A Beginners Guide to Idul Adha in Indonesia

The lead up to Idul Adha in Jakarta is an interesting time. Unlike ahead of Idul Fitri when millions leave the cities to return home for the holiday and malls and shopping centres get in on the celebrations Idul Adha is more subtle. Instead of decorations and shopping discounts blanketing Jakarta, makeshift animal pens pop up across the city full of goats and cows ready for sale. But what is Idul Adha and how is it celebrated?

What is Idul Adha?

Idul Adha is known as the Feast of the Sacrifice and is the holiday honouring Ibrahim and his willingness to sacrifice his son, Ishmael, to Allah. Just as Ibrahim was to kill Ishmael, Allah intervened and put a sheep in the child’s place. The event is a reminder of the importance of sacrifice in Islam.

When does Idul Adha fall?

According to the Islamic lunar calendar, Idul Adha begins on the 10th day of the 12th and lasts four days. This means that on the international, or Gregorian, calendar the date of Idul Adha moves around 11 days earlier each year. The exact dates are dependent on where the moon is at the start of each Islamic calendar month, known as Dhu’l-Hijjah. Because of this, Muslims around the world often celebrate at different times.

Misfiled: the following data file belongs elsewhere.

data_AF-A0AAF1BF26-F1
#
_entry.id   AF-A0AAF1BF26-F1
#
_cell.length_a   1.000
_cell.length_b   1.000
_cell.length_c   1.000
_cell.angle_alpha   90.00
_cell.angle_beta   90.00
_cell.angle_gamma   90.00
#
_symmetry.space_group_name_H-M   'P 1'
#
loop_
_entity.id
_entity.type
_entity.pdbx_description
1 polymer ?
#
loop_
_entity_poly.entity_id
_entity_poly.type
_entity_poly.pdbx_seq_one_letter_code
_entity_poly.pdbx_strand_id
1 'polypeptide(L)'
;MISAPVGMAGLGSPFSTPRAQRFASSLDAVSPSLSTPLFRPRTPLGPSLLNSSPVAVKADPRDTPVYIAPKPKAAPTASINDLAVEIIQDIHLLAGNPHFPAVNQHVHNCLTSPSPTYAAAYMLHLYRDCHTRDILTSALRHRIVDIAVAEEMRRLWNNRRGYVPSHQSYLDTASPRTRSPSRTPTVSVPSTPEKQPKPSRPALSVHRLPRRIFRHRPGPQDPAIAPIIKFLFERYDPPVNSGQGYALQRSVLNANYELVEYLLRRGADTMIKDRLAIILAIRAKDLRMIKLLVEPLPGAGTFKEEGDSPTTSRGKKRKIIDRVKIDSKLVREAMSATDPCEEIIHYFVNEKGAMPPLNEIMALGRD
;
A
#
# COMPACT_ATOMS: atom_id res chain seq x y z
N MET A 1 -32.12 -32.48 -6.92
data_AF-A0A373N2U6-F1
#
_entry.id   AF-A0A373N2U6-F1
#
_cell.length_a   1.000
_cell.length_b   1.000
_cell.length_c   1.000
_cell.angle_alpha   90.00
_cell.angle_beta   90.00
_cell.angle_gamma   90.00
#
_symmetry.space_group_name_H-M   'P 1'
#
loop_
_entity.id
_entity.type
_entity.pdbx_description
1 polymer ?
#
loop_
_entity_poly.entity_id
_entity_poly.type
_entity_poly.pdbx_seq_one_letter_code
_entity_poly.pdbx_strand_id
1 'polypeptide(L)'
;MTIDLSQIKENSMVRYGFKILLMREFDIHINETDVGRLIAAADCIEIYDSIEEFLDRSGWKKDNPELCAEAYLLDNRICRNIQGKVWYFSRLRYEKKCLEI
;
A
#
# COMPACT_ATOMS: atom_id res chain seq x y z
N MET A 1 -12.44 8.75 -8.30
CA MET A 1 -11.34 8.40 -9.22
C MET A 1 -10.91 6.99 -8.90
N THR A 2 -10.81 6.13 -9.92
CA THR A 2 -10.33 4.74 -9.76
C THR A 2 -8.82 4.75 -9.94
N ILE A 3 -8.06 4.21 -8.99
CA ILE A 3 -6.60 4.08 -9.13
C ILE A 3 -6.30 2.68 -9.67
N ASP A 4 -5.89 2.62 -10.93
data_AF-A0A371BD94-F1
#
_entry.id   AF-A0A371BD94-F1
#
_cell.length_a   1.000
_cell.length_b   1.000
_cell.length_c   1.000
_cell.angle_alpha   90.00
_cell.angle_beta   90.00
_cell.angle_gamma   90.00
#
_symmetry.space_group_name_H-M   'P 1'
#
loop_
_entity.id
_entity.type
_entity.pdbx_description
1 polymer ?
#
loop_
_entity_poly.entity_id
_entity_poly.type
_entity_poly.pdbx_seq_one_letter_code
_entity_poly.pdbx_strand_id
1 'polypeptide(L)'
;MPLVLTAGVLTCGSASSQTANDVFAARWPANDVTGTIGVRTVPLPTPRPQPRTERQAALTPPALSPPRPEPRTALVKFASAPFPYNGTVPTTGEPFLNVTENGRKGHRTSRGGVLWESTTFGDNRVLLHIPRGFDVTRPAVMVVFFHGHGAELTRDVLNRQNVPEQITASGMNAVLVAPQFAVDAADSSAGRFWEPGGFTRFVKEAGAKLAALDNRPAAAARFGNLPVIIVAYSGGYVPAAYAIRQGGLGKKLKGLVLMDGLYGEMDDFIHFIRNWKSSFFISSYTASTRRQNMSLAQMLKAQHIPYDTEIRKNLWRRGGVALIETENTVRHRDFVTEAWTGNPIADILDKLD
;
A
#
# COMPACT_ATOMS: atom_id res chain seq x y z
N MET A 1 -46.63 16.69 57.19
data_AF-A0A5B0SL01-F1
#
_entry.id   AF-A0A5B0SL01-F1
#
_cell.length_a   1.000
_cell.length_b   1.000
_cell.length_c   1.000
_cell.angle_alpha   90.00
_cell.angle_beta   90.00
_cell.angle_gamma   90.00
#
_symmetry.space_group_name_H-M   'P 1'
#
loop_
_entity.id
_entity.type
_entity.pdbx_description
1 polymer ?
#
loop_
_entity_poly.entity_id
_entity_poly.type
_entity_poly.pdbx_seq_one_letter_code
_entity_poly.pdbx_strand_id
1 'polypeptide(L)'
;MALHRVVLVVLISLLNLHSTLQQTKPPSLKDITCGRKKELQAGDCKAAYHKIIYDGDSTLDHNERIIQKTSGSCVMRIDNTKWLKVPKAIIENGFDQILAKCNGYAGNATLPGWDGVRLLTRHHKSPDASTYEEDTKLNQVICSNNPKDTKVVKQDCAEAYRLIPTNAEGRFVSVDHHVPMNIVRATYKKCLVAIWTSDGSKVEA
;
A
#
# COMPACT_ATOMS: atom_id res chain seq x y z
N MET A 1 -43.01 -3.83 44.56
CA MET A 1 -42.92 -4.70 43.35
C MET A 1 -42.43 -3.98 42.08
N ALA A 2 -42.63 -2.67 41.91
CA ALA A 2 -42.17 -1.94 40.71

How do Muslims celebrate?

The day begins early with morning prayers at the local mosque with everyone dressed in their best clothes. In countries which are not Muslim majority there are often tight restrictions on how sacrifices are performed, but here in Indonesia most of the community are involved.

Goats and cows – which are required by Islamic law to be fully grown and in good health – are slaughtered in neighbourhood squares, around mosques and other local gathering places. The animals are purchased by families, community leaders and lawmakers hoping their generosity would be remembered next time there is a vote.

The meat of the animal, known as Qurban, or sacrifice, is divided equally into three parts: for the household, friends and family and the poor. Anyone can enjoy the meat, including non-Muslims. In Indonesia, the meat is usually turned into a sate, but around the world is the basis for curry dishes or other traditional and local meals.

See: Reason For The Seasons: A Portrait Of Indonesian Spirituality

Image credits: Danumurthi Mahendra

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Erin Cook is an Australian expat in Indonesia.


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